wiora kilronan3Packing them in. A week before the Drascombes arrived, the WIORA fleet had landed in on Kilronan big time

Rosamhil marinaMeanwhile across on the mainland, the new marina at Rossaveal is nearing completion

But while this is now almost completely in place, towards the head of Galway Bay the port of Galway itself is contemplating another expansion with marina facilities, while across the bay at Renville, as we’ve mentioned on Afloat.ie, Galway Bay SC has recently made a very clever job of improving its clubhouse, and it is surely only a matter of time before developments in waterfront berthing take place there too.

But the extra-special breakthrough which has best expressed the Spirit of the West has been the installation of the long L-shaped pontoon in the much-extended Kilronan Harbour on Inishmore, the largest of the Aran Islands. This was planned to be done in time for the mighty successful West of Ireland Offshore Racing Association Championship just over three weeks ago, and the new setup accommodated the 44-strong fleet in such style that a casual observer might gave though that this was all a permanent new fixture.

Certainly the way that the WIORA sailors partied for their après sailing there and in downtown Kilronan would if anything have reinforced such a view. Yet in theory those pontoons are just a temporary arrangement. And they were put there in a shared voluntary effort which would put some of our more hidebound maritime communities to shame for its sheer enthusiasm and energy.

Those who were promoting the Kilronan Berthing Project - not least WIORA Championship Organiser Cormac Mac Donncha – argued that with all of the new berthing capacity in the city and in Rossaveal, those boat owners would need somewhere to visit and berth safely. This is where the pontoon in Kilronan comes in, with the benefits going well beyond recreational sailing. The users will include the small ‘pot haulers’ owned by the local fishermen, commercial angling boats, commercial charter sailing yachts, visiting motor vessels, and yachts.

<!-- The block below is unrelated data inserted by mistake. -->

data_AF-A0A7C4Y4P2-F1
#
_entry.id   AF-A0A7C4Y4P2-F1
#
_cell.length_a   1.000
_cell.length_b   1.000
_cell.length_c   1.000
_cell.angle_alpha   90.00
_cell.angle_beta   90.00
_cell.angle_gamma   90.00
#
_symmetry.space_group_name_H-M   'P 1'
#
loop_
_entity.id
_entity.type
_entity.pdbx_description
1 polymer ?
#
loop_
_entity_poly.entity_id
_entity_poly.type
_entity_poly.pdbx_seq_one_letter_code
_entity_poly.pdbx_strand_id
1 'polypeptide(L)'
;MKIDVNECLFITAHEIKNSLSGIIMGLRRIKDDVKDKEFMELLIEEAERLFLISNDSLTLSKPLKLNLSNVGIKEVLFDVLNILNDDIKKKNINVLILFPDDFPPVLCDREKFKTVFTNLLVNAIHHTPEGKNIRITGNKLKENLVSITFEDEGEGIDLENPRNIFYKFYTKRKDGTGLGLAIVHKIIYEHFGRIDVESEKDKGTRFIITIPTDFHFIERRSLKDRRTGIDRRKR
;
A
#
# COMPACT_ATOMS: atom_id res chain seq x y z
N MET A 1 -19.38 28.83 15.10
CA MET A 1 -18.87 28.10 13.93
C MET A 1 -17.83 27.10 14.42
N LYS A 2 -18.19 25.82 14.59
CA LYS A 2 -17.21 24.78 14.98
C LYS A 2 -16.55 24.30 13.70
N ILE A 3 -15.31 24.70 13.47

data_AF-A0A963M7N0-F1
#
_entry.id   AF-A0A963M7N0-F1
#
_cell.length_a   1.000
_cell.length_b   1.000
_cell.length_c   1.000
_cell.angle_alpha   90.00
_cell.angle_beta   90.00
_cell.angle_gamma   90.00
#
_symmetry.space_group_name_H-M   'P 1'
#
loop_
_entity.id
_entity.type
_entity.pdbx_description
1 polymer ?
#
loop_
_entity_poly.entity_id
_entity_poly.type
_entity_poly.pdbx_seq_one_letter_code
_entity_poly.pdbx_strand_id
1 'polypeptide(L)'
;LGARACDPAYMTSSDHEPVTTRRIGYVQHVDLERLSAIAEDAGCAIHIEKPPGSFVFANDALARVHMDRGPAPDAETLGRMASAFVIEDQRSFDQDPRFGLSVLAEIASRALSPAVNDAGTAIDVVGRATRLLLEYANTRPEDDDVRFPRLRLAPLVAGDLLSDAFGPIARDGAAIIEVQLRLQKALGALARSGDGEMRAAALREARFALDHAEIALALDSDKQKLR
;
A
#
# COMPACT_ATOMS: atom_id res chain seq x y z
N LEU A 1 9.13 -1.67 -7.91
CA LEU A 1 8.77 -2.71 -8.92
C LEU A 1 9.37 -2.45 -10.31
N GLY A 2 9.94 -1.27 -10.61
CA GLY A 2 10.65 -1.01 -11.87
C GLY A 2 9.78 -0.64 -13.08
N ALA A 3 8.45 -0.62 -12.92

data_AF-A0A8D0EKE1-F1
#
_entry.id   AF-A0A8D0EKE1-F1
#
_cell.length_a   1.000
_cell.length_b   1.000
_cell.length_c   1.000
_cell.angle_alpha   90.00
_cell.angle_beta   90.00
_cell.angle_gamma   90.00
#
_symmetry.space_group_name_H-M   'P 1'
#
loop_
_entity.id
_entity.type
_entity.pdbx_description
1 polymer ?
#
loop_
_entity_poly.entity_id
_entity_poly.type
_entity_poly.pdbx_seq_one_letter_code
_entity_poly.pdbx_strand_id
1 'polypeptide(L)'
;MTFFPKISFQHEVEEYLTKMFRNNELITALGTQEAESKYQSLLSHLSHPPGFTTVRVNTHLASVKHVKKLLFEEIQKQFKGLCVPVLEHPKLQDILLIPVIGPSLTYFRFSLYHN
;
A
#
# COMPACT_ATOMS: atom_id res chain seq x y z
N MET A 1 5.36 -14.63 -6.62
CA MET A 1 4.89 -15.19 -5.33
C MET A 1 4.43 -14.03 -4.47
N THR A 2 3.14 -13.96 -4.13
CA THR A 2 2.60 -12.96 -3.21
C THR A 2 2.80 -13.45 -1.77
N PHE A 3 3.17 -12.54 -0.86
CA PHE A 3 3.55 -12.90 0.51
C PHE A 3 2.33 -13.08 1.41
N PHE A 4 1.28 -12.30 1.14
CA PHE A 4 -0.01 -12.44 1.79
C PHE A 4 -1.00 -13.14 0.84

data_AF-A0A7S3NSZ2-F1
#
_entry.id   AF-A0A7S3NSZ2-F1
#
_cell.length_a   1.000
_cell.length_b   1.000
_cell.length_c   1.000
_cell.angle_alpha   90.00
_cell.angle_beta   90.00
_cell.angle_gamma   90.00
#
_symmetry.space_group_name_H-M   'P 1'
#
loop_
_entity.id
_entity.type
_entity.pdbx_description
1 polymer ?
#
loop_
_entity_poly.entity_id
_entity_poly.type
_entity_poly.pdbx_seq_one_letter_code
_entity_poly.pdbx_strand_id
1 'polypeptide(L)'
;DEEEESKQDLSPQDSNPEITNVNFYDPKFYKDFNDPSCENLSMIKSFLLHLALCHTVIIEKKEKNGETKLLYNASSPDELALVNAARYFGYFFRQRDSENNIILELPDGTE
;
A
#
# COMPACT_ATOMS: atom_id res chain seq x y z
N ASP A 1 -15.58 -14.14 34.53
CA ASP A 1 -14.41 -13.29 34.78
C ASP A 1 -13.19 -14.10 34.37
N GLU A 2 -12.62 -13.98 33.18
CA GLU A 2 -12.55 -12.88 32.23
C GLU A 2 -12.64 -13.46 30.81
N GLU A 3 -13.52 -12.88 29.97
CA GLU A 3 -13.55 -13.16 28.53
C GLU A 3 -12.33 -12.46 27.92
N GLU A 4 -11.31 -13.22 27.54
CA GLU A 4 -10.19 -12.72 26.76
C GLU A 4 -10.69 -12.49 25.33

Galway County Council were very supportive of the project. Patrick McDonagh, Kilronan Harbour Master, provided supervision and advice throughout. Ciarán Wynne, Harbours Engineer, Galway Co Co, provided the promoters with the various permissions to go ahead with the project. The pontoon was installed by the voluntary effort of local business men and volunteers, in a heartening community spirit.

kilronan pontoon5As soon as it was very competently installed, the new Kilronan pontoon had a fleet in port to show it at its best.

The pontoons themselves were supplied on loan by Inland & Coastal Marinas, based in Banagher on the Shannon. Iggy Madden Transport of Galway, provided the transport without charge. Galway Harbour Board supported the storage and crane operations at Galway Docks and Lasta Mara Teo transported the cargo to the Islands and dropped 16 mooring blocks. LM Keating installed the pier beams, and OceanCrest Marine supplied the special pontoon to H-Beam bracketry. ThermoKing, the Beatty family and Club Seoltóireacht Árainn provided the skilled crew to install the pontoons and make them safe.